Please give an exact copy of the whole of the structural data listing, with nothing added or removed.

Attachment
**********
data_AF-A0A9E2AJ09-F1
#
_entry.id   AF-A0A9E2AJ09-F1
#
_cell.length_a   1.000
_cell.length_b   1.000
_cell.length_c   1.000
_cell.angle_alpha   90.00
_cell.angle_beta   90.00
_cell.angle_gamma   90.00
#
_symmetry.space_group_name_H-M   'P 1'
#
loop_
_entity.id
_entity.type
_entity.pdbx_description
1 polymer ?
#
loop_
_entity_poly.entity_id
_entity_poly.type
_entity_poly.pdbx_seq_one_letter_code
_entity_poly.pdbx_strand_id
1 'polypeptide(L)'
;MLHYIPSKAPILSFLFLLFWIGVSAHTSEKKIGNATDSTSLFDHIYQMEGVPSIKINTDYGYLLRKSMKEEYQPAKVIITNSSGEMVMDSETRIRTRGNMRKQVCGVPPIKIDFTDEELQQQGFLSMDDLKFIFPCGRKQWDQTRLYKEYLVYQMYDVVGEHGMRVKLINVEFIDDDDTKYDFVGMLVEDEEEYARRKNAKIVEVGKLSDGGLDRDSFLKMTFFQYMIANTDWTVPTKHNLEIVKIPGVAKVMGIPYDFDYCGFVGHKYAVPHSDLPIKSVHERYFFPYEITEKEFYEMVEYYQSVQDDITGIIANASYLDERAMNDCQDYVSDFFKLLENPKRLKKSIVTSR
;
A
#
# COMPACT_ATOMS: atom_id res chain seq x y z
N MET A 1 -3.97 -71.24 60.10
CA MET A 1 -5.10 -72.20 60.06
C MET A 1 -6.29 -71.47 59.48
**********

data_AF-A0A9E2AJ09-F1
#
_entry.id   AF-A0A9E2AJ09-F1
#
_cell.length_a   1.000
_cell.length_b   1.000
_cell.length_c   1.000
_cell.angle_alpha   90.00
_cell.angle_beta   90.00
_cell.angle_gamma   90.00
#
_symmetry.space_group_name_H-M   'P 1'
#
loop_
_entity.id
_entity.type
_entity.pdbx_description
1 polymer ?
#
loop_
_entity_poly.entity_id
_entity_poly.type
_entity_poly.pdbx_seq_one_letter_code
_entity_poly.pdbx_strand_id
1 'polypeptide(L)'
;MLHYIPSKAPILSFLFLLFWIGVSAHTSEKKIGNATDSTSLFDHIYQMEGVPSIKINTDYGYLLRKSMKEEYQPAKVIITNSSGEMVMDSETRIRTRGNMRKQVCGVPPIKIDFTDEELQQQGFLSMDDLKFIFPCGRKQWDQTRLYKEYLVYQMYDVVGEHGMRVKLINVEFIDDDDTKYDFVGMLVEDEEEYARRKNAKIVEVGKLSDGGLDRDSFLKMTFFQYMIANTDWTVPTKHNLEIVKIPGVAKVMGIPYDFDYCGFVGHKYAVPHSDLPIKSVHERYFFPYEITEKEFYEMVEYYQSVQDDITGIIANASYLDERAMNDCQDYVSDFFKLLENPKRLKKSIVTSR
;
A
#
# COMPACT_ATOMS: atom_id res chain seq x y z
N MET A 1 -3.97 -71.24 60.10
CA MET A 1 -5.10 -72.20 60.06
C MET A 1 -6.29 -71.47 59.48